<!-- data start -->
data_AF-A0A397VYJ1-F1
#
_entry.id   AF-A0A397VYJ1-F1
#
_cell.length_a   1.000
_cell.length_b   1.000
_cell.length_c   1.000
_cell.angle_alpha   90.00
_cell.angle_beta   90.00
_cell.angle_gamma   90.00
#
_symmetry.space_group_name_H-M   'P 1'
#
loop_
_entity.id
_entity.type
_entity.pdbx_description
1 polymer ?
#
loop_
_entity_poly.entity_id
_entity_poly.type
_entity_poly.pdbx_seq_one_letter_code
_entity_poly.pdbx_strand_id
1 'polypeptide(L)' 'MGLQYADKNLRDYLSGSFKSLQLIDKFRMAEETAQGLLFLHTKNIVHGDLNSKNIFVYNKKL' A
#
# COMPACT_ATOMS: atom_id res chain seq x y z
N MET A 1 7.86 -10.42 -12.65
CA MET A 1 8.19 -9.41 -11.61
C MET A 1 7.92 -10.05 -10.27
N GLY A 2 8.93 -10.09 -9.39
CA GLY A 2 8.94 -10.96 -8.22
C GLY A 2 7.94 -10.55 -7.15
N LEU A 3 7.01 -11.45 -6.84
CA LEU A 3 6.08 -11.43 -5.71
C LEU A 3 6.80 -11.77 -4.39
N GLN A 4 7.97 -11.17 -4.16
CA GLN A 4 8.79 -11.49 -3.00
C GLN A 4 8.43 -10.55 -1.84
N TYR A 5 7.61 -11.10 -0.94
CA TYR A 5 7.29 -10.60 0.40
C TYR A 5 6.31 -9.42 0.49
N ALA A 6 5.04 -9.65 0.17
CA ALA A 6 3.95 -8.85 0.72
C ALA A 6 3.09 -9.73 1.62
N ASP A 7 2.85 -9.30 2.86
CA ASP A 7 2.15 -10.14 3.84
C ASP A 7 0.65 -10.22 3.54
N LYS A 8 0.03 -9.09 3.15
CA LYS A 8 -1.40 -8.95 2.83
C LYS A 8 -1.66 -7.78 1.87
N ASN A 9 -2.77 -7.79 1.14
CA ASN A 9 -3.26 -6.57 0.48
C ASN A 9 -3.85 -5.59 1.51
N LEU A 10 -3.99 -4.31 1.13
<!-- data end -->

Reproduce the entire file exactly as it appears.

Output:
data_AF-A0A397VYJ1-F1
#
_entry.id   AF-A0A397VYJ1-F1
#
_cell.length_a   1.000
_cell.length_b   1.000
_cell.length_c   1.000
_cell.angle_alpha   90.00
_cell.angle_beta   90.00
_cell.angle_gamma   90.00
#
_symmetry.space_group_name_H-M   'P 1'
#
loop_
_entity.id
_entity.type
_entity.pdbx_description
1 polymer ?
#
loop_
_entity_poly.entity_id
_entity_poly.type
_entity_poly.pdbx_seq_one_letter_code
_entity_poly.pdbx_strand_id
1 'polypeptide(L)' 'MGLQYADKNLRDYLSGSFKSLQLIDKFRMAEETAQGLLFLHTKNIVHGDLNSKNIFVYNKKL' A
#
# COMPACT_ATOMS: atom_id res chain seq x y z
N MET A 1 7.86 -10.42 -12.65
CA MET A 1 8.19 -9.41 -11.61
C MET A 1 7.92 -10.05 -10.27
N GLY A 2 8.93 -10.09 -9.39
CA GLY A 2 8.94 -10.96 -8.22
C GLY A 2 7.94 -10.55 -7.15
N LEU A 3 7.01 -11.45 -6.84
CA LEU A 3 6.08 -11.43 -5.71
C LEU A 3 6.80 -11.77 -4.39
N GLN A 4 7.97 -11.17 -4.16
CA GLN A 4 8.79 -11.49 -3.00
C GLN A 4 8.43 -10.55 -1.84
N TYR A 5 7.61 -11.10 -0.94
CA TYR A 5 7.29 -10.60 0.40
C TYR A 5 6.31 -9.42 0.49
N ALA A 6 5.04 -9.65 0.17
CA ALA A 6 3.95 -8.85 0.72
C ALA A 6 3.09 -9.73 1.62
N ASP A 7 2.85 -9.30 2.86
CA ASP A 7 2.15 -10.14 3.84
C ASP A 7 0.65 -10.22 3.54
N LYS A 8 0.03 -9.09 3.15
CA LYS A 8 -1.40 -8.95 2.83
C LYS A 8 -1.66 -7.78 1.87
N ASN A 9 -2.77 -7.79 1.14
CA ASN A 9 -3.26 -6.57 0.48
C ASN A 9 -3.85 -5.59 1.51
N LEU A 10 -3.99 -4.31 1.13